Martin Campbell, being honored tonight at tonight’s BAFTA/LA Britannia ceremony with the John Schlesinger Award for excellence in directing, remembers having second thoughts when Barbara Broccoli and Michael G. Wilson approached him about directing Pierce Brosnan’s first outing as James Bond.
The two producers had been impressed by Campbell’s BAFTA-winning miniseries “Edge of Darkness” and hoped he might resuscitate a series that had hit the wall.
“The trouble with directing Bond films — or any of these big commercial movies — is, like actors, you get pigeonholed, so people send you nothing but big, big action movies,” Campbell says.
Campbell decided he would be a fool to pass on the opportunity. “I did ‘Goldeneye’ because I had not made a film that had taken (in) a dime, quite honestly,” he recalls. But he was still concerned.
Amid questions from the press about whether the Bond franchise itself should be put out to pasture, Campbell recast the spy’s boss M as a woman — with none other than Judi Dench — and let her say the words on everyone’s minds: “I think you’re a sexist, misogynist dinosaur, a relic of the Cold War.”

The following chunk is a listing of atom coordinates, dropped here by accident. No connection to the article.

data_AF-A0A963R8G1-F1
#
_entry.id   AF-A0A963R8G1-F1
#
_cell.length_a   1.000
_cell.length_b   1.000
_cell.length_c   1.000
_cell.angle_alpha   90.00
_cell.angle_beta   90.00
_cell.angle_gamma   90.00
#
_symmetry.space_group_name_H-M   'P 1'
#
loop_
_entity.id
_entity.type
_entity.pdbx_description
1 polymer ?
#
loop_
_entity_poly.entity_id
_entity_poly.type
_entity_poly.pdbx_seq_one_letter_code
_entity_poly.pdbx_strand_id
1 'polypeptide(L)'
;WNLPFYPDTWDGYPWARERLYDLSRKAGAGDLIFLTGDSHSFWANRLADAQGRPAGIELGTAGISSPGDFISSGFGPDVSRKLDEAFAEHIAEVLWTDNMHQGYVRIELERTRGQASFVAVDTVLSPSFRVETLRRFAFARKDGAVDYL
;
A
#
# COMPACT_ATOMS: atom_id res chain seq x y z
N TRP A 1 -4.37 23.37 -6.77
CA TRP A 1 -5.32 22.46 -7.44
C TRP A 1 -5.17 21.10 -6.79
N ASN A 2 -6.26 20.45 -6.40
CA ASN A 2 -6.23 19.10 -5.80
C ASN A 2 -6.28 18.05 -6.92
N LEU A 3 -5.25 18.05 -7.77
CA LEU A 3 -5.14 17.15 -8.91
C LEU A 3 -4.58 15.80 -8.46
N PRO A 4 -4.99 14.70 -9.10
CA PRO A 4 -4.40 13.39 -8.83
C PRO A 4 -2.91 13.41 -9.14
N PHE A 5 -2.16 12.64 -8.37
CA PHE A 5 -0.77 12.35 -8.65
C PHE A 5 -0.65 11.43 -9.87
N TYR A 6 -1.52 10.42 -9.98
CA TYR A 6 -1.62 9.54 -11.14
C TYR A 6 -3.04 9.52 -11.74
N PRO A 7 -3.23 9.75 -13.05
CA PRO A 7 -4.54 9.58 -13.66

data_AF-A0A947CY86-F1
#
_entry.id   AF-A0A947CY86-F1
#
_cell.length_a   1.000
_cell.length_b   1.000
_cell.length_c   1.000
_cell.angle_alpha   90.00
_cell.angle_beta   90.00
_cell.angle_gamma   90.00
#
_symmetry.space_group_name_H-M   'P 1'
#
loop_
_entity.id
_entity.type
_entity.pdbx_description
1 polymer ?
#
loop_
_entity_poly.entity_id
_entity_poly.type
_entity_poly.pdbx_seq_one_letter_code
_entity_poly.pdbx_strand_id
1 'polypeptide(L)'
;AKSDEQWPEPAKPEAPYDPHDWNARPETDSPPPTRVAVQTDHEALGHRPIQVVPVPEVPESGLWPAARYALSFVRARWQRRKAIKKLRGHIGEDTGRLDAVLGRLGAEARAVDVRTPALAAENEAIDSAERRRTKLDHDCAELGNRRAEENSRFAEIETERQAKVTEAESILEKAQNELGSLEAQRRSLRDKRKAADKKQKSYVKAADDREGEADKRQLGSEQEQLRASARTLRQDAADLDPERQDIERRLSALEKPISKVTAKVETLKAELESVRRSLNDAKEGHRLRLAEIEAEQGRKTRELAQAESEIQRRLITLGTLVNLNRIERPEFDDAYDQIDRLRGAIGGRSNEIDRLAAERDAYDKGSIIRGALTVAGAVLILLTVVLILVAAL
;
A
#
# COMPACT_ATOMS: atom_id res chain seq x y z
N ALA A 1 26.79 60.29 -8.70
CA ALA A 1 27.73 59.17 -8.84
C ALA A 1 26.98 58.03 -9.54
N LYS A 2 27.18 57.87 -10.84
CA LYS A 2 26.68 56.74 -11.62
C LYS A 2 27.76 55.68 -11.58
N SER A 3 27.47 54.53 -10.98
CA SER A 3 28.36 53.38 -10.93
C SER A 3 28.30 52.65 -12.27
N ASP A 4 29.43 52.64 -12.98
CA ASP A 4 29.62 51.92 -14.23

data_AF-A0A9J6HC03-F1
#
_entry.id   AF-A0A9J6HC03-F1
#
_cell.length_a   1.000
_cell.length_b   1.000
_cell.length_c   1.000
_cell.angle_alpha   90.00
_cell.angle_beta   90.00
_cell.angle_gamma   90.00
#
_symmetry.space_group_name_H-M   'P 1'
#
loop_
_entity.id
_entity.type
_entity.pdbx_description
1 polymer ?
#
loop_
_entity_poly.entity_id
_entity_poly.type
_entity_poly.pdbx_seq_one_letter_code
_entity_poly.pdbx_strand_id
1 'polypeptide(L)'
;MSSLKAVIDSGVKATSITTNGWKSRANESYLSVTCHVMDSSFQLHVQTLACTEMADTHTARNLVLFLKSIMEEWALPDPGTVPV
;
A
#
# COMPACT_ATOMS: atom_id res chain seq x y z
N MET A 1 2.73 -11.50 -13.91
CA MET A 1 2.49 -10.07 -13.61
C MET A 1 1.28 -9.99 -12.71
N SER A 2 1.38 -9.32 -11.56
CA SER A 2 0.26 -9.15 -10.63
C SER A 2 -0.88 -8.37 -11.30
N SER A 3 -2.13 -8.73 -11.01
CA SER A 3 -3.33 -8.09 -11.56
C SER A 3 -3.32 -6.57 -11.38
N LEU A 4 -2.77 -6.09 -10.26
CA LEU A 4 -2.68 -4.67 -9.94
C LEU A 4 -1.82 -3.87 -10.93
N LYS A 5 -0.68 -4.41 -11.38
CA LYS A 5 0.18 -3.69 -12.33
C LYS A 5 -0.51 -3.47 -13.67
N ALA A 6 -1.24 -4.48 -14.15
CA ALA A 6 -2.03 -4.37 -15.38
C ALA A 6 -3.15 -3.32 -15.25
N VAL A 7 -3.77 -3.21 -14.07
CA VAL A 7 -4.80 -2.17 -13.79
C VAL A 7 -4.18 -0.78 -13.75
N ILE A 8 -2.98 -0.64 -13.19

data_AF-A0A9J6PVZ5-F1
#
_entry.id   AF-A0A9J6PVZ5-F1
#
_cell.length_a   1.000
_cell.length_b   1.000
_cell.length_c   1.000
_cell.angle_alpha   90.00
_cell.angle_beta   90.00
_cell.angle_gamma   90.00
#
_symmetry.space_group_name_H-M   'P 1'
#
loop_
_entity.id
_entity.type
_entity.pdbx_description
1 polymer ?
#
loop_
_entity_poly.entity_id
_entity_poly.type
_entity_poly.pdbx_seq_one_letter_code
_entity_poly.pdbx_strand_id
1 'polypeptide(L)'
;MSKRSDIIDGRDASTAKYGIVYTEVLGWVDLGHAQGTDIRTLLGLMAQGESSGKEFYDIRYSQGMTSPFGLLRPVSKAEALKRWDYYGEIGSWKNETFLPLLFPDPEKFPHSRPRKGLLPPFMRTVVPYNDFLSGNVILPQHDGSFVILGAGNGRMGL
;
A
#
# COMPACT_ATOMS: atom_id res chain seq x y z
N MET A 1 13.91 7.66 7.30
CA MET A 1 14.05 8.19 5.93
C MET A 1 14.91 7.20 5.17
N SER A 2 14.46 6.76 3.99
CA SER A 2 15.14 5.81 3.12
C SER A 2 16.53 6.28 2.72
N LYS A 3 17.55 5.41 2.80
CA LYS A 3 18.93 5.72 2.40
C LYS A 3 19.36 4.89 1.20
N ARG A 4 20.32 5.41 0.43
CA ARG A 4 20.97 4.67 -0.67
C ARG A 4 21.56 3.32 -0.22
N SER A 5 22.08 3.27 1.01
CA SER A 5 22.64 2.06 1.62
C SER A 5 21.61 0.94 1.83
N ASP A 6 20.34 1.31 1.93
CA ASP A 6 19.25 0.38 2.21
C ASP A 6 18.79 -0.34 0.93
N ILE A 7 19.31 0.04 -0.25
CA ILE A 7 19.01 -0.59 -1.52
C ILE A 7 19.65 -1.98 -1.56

It worked. The fans loved Brosnan, and “Goldeneye” became the series’ top earner.
“I was subsequently offered them all after that,” Campbell says, “but the character’s got nowhere to go. You simply have to repeat yourself.”
Feeling the typecasting closing in, he turned down ensuing Bond offers until the producers acquired “Casino Royale,” author Ian Fleming’s first Bond novel.
“The great thing about coming back on ‘Casino’ is that the guy was a rough diamond; he had flaws,” says Campbell. “He wasn’t even Bond at the beginning of the movie, so at least there was somewhere to go.”
Campbell may have kickstarted the franchise twice, but “Casino Royale” was the first time he felt he’d done something truly original with the character. The producers were glad to have him back, giving Campbell creative freedom.
“We knew he could deliver on all counts,” Broccoli says. “He and Daniel (Craig) created a new template.”
Campbell is now eyeing a bigger challenge: convincing Hollywood he can do more than just action blockbusters. He’s spent the last few years developing “Edge of Darkness” as a film script with writer Andrew Bovell (“Lantana”), transplanting to Boston the story of a police inspector obsessed with his daughter’s murder.
“You have to show another side of your work, so I’m deliberately trying to choose something character-driven and personal for my next project,” he says.